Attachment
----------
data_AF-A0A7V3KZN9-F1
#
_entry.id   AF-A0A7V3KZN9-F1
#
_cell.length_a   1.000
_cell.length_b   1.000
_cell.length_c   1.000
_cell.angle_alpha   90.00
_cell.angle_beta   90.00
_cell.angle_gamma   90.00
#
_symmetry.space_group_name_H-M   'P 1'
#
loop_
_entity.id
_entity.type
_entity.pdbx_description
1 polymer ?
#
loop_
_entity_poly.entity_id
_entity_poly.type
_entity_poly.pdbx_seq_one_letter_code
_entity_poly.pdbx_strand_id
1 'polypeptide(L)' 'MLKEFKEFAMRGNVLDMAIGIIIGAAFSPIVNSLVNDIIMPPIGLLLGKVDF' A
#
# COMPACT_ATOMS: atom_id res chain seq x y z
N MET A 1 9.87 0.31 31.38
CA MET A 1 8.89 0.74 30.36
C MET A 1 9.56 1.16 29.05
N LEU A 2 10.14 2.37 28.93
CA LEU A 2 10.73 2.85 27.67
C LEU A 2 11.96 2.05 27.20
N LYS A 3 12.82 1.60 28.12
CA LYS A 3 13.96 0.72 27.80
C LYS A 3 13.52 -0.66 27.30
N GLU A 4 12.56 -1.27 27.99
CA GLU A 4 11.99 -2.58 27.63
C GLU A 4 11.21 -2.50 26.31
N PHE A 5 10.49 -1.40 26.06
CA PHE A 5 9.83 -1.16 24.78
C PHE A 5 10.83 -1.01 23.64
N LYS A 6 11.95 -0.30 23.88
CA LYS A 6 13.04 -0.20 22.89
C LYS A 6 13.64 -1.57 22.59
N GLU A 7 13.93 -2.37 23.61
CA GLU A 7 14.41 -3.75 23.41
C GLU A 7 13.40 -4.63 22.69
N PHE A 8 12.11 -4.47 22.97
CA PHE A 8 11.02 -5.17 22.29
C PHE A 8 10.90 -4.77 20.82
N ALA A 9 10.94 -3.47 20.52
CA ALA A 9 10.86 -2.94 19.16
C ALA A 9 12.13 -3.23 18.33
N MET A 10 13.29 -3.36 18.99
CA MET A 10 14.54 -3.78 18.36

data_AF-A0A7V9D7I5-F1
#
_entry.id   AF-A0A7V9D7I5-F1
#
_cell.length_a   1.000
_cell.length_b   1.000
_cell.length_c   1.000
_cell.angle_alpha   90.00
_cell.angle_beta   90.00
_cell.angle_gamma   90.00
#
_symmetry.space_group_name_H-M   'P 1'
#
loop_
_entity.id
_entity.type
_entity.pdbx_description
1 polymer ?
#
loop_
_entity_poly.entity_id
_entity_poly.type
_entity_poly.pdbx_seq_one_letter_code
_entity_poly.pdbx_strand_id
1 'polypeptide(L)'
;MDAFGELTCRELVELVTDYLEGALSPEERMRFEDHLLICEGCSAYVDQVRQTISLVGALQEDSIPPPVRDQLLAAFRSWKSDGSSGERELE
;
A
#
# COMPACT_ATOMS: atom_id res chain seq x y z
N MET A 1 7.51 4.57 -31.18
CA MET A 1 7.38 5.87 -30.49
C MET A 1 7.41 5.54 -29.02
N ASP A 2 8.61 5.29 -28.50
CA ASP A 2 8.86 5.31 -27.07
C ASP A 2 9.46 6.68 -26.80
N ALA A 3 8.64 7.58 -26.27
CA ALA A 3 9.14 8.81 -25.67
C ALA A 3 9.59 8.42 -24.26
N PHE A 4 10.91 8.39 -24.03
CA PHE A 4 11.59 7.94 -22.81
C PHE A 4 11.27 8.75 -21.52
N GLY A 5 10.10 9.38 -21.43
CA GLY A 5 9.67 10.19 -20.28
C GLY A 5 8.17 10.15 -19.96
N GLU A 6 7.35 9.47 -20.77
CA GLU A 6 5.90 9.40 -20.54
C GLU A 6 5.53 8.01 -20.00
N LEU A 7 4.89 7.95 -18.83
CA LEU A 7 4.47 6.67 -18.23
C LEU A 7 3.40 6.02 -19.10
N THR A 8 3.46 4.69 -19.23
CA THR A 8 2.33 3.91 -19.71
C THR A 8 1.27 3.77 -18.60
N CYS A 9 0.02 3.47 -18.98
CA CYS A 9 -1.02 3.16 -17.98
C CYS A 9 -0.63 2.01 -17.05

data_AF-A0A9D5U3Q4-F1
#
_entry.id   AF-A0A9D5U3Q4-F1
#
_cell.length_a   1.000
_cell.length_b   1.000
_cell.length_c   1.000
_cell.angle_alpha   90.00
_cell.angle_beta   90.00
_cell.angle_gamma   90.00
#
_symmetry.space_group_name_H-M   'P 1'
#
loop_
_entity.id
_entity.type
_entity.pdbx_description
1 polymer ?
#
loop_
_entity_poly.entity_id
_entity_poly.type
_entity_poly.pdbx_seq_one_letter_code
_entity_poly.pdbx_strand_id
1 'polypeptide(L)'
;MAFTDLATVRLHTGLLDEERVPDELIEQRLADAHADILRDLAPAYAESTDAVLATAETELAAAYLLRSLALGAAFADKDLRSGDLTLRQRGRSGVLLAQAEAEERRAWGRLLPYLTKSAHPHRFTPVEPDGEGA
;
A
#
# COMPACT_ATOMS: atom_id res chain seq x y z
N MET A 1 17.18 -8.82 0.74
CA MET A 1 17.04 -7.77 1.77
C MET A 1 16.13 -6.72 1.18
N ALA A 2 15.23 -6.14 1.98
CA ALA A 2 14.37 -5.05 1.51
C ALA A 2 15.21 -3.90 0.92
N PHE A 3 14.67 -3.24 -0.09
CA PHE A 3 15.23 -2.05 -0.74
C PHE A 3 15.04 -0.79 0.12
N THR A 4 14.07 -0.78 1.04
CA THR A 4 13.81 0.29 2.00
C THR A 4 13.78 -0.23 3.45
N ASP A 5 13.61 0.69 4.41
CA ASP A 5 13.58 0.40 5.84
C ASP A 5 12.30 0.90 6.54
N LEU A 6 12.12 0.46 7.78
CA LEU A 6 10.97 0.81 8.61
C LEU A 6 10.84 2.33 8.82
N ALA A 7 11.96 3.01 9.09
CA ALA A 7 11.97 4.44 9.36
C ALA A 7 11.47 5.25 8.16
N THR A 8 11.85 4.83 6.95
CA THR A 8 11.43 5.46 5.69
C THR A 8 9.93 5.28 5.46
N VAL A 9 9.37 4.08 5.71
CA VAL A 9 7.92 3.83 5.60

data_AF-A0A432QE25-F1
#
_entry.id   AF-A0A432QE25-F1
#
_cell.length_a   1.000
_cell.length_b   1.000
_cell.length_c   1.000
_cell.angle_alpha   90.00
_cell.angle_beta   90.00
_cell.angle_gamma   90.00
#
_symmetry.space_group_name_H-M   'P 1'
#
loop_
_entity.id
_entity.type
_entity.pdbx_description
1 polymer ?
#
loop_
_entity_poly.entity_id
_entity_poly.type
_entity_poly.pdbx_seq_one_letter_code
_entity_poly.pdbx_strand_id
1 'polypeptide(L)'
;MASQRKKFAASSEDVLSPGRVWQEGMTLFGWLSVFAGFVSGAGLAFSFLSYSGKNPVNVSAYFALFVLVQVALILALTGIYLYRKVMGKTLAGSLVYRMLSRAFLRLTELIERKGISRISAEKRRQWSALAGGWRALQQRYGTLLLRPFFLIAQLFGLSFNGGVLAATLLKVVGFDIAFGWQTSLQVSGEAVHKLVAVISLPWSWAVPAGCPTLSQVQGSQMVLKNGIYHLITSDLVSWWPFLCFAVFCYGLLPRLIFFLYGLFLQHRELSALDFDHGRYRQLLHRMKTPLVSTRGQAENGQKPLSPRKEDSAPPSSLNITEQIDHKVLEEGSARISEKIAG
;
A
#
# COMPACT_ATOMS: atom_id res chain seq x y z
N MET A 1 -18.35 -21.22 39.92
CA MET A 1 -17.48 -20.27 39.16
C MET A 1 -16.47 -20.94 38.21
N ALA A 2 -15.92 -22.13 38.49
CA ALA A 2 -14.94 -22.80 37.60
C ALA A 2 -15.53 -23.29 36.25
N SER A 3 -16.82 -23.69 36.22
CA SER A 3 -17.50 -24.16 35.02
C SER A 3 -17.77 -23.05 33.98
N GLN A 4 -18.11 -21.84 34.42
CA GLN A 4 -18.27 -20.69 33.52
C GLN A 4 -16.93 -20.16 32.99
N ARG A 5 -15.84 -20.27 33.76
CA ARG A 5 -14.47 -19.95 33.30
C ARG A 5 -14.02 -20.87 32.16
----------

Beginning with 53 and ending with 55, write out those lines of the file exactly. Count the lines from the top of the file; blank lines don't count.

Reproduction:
CA ALA A 9 10.86 -2.94 19.16
C ALA A 9 12.13 -3.23 18.33
N MET A 10 13.29 -3.36 18.99